ARG REPO
FROM $REPO/go:latest AS builder

COPY . /go/src/go.zr.org

WORKDIR /go/src/go.zr.org

# ...

# -o builds the test as a binary, emitting it to `/mixertest`
# -run xyzzy says to run tests that contain the xyzzy string, so none
RUN go test -o /mixertest -run xyzzy go.zr.org/job_services/mixer/public/mixer

# start a new perl image
FROM $REPO/perl:latest AS perl-test

COPY . /var/starterview

WORKDIR /var/starterview/job_services/mixer/public/mixer

# copy the binary from the other image
COPY --from=builder /mixertest .

# run the test binary
# ... -test.count=1 disables caching
# ... -test.v runs the test verbose
# ... -test.run Perl only runs our Perl test
RUN ./mixertest -test.count=1 -test.v -test.run Perl

🔗 What kind of tests are these?

Typically the software industry groups automated testing into unit tests and integration tests. Unit tests should be fast and stable, since they should avoid network resources. They should uncover regressions caused by changes in your own code or your own dependencies or external services.

Integration tests tend to be flaky, since they will fail due to timeouts (and other temporary failures,) which may not mean anything broke at all. On the other hand if part of what you are integrating with is a third party service, you do want to fail if they change the way they encode data or authenticate.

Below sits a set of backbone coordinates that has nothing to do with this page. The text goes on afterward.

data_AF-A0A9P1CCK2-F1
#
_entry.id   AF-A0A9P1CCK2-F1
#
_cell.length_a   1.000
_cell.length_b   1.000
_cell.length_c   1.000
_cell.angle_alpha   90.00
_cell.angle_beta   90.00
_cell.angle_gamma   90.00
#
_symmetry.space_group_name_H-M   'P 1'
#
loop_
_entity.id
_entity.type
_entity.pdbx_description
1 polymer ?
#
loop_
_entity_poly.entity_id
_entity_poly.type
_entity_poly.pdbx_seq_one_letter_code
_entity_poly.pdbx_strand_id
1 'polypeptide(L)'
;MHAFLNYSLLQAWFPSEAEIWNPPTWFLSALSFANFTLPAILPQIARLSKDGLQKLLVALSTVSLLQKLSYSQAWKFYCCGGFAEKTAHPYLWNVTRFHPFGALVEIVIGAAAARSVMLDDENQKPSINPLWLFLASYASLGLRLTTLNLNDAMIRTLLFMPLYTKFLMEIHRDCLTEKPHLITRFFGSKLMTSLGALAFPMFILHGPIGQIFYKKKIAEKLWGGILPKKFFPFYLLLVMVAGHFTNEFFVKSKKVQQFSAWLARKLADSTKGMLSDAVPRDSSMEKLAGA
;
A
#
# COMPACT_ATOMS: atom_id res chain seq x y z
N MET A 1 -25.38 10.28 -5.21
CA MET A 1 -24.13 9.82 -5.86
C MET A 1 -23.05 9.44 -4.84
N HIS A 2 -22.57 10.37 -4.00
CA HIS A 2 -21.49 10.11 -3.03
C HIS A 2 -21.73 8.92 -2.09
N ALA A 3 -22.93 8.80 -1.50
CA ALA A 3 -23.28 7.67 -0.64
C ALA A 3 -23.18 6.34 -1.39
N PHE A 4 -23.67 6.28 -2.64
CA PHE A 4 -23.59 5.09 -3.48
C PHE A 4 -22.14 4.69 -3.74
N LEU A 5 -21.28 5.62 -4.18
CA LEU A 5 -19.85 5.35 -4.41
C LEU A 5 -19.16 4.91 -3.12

Many people balk at the testing strategy I show above, since it crosses the clearly delineated boundaries above. I would suggest that in fact what I am doing is a unit test because I control both sides of the code, it is fast, and it is not flaky.

But I’ll actually go a step further. At some point I expect this code to need to talk to mysql. I intend to set up github.com/src-d/go-mysql-server, which allows me to run an in process mysql-compatible server that will allow me to skip any database client mocking at all. This means:

  • my code stays simple; no mock hooks
  • my tests exercise more of the code; the real client and real queries will be used
  • as usual, my code can be quickly validated

It’s become a bit of a best practice in Go to implement server protocols rather than mocking clients. This isn’t free, but it’s such an improvement in testing, since you don’t end up mocking away huge piles of functionality. I thought it was crazy at first, but I’ve learned to really appreciate the technique.

Thanks to John SJ Anderson for reviewing this post.


(The following contains affiliate links.)

If you don’t already know Go, you should definitely check out The Go Programming Language. It’s not just a great Go book but a great book in general with a generous dollop of concurrency.

I recently read A Philosophy of Software Design. I really enjoyed it and will likely have a whole blog post about it. I suggest reading it.

Posted Fri, Feb 14, 2020